The dean of Harvard’s Kennedy School of Government is defending the university’s appointment of former Mexican President Felipe Calderón to a one-year teaching fellowship.
In response to a letter addressed to Harvard by Mexican poet and activist Javier Sicilia and academic Sergio Aguayo, Dean David Ellwood said that the school has a history of welcoming world leaders of varying backgrounds to the Ivy League institution.
“The unique opportunity to engage in direct discussion with a former head of state is one that many of our students value greatly, even if they may disagree with some of that leader’s policy positions,” he wrote in a letter to Aguayo and Sicilia. “It is certainly not our intent to impact, nor do I believe that this fellowship affects, the ability of Mexico or Mexican citizens to address important national issues. I commend your deep commitment to your country and your efforts to move such issues forward.”
The Mexican academics oppose the appointment because of the number of deaths attributed to the drug war under Calderón's administration
Sicilia, who started the Caravan for Peace movement in Mexico after his son was killed by drug traffickers in 2011, has been a vocal advocate for reducing violence in the country and became a major critic of Calderón’s drug policy in the waning days of his administration.
During Calderón’s six years in office, an estimated 70,000 people died in violence related to the country’s ongoing drug war. An escalation in murders and other violent crimes arose soon after Calderón took office in 2006, when he declared an all-out military blitz on Mexico’s drug cartels.
In response to Ellwood’s letter, the two academics they promised to send the Kennedy School a number of ideas and proposals about the Calderón appointment.
“A pillar of democracy is the respectful exchange of ideas,” they wrote. “In the coming days we will send a number of considerations accompanied by some proposals.”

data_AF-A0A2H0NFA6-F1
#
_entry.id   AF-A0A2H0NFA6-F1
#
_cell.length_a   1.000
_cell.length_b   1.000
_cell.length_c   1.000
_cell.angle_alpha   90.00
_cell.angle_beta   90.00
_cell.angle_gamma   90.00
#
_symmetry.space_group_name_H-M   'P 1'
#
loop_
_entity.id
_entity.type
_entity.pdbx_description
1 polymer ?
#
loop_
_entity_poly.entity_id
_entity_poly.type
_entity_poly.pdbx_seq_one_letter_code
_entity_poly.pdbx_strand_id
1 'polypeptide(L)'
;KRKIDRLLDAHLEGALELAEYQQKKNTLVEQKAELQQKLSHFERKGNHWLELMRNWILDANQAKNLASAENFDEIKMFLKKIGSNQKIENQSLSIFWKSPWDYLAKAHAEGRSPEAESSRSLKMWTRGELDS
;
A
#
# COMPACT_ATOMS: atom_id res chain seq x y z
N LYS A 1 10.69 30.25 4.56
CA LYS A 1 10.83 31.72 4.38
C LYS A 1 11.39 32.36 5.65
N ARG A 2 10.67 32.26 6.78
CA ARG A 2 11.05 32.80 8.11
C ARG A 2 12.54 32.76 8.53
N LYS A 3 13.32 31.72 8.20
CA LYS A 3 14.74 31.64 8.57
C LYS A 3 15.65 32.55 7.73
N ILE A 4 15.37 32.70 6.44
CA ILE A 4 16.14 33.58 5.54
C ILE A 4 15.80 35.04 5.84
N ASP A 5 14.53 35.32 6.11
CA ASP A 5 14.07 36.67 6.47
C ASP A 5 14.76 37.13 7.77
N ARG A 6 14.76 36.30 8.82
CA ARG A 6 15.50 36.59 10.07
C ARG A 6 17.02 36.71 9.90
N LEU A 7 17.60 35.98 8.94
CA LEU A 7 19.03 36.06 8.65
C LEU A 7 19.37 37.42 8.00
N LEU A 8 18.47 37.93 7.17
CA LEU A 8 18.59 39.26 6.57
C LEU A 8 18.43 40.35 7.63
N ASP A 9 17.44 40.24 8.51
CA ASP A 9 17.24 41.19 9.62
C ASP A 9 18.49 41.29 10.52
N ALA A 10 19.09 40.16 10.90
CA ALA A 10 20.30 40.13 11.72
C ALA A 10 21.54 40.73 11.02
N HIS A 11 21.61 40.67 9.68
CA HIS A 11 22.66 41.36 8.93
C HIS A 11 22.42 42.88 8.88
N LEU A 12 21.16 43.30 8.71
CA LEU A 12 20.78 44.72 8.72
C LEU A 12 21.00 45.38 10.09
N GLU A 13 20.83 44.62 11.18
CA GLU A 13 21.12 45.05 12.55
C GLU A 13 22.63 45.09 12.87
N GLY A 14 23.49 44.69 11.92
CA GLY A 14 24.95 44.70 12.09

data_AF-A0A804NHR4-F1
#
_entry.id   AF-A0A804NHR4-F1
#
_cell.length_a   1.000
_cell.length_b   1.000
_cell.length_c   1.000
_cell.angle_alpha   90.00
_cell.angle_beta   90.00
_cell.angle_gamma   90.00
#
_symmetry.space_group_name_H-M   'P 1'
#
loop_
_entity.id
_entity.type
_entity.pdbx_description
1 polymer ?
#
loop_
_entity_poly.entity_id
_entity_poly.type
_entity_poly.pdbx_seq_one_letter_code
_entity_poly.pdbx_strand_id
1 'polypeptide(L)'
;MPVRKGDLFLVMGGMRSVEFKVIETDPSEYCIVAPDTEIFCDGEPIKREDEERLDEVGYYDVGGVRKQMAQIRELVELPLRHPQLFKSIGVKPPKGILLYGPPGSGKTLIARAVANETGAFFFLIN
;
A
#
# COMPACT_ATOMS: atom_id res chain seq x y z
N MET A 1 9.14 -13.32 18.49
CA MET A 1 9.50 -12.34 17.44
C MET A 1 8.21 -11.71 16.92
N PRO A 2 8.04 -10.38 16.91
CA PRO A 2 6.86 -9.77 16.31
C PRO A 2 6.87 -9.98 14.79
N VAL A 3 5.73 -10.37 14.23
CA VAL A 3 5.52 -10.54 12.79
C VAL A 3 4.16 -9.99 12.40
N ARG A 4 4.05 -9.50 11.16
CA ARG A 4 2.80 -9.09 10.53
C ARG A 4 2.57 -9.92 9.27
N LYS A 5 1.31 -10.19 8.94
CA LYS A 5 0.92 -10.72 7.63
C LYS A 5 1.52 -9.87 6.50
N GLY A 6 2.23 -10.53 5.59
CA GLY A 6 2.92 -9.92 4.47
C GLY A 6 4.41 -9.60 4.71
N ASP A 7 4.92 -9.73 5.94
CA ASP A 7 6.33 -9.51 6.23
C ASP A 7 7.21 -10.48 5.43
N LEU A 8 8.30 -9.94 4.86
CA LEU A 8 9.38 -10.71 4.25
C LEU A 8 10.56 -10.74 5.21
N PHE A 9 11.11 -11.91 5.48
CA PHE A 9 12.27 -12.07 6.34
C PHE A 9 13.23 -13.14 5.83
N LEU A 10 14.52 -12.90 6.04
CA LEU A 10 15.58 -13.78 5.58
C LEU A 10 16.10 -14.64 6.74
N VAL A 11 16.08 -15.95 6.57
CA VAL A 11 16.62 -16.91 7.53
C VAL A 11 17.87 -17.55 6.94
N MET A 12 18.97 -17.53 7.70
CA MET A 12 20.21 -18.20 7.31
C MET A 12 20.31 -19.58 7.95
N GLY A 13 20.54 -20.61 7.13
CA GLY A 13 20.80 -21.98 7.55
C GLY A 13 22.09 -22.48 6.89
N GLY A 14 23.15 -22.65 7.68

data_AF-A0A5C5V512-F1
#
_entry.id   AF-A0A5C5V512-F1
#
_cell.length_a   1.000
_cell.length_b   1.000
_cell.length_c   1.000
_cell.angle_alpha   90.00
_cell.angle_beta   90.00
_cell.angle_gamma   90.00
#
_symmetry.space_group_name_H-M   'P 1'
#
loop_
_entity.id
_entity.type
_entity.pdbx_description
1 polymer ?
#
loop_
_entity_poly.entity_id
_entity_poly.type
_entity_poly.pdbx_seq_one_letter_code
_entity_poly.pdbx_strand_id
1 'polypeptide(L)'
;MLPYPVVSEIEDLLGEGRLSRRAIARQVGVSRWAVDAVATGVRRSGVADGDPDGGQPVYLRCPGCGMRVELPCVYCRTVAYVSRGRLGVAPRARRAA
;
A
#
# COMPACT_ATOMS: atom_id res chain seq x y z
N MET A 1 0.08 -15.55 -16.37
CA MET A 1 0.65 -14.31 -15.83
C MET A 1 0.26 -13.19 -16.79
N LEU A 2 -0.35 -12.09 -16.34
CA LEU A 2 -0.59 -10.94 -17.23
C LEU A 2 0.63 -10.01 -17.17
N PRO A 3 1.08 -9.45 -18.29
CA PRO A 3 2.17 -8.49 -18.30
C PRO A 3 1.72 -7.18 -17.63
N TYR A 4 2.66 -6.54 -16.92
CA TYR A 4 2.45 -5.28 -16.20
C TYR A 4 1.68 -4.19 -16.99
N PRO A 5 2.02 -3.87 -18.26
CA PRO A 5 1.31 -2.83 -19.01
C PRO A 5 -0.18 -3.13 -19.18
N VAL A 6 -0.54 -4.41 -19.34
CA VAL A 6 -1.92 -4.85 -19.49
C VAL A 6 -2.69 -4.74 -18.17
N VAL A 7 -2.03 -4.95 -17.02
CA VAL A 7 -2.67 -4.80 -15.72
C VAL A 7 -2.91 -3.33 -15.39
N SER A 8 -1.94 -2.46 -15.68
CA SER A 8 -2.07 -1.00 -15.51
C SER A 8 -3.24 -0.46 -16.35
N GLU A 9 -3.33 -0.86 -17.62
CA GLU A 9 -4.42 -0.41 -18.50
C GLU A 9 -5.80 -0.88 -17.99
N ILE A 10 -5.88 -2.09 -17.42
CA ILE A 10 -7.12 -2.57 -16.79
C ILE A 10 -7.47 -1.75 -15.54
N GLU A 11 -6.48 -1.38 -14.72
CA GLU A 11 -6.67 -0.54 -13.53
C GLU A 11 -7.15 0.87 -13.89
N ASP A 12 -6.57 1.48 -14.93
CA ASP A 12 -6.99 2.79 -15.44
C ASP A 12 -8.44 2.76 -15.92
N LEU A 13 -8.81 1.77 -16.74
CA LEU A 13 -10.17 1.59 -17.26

Some academics argue that appointments of former world leaders at U.S. universities are always divisive –such as Georgetown’s appointment of former Colombian President Alvaro Uribe– but Calderón’s hiring is even more controversial given the human rights crisis in Mexico.
“This one is even more so given the number of deaths in Mexico,” said Monica Rankin, an assistant professor of history at the University of Texas at Dallas.
Rankin added that these types of movements against former world leaders will become more common in the future given the advent of social media and the ease in which information can spread.
Along with activists in Mexico, the former Mexican ambassador to the U.S. also lodged a complaint to the Kennedy School.
Ambassador Héctor Cruz Vasconcelos, a former Harvard student himself, has said that if the school maintained their fellowship with Calderón he would be in the “painful situation” to return his degree. Cruz Vasconcelos received a bachelor’s degree in political from Harvard in 1968 and has since written for a number of publications published by the university.
"I believe that the presence of Calderón at Harvard contradicts the values of representative democracy, critical thinking and intellectual and personal honesty the University promotes," Vasconcelos wrote in the Mexican news site Sin Embargo. "I hope the Kennedy School reconsiders and is sensitive to the feelings of millions of Mexicans."
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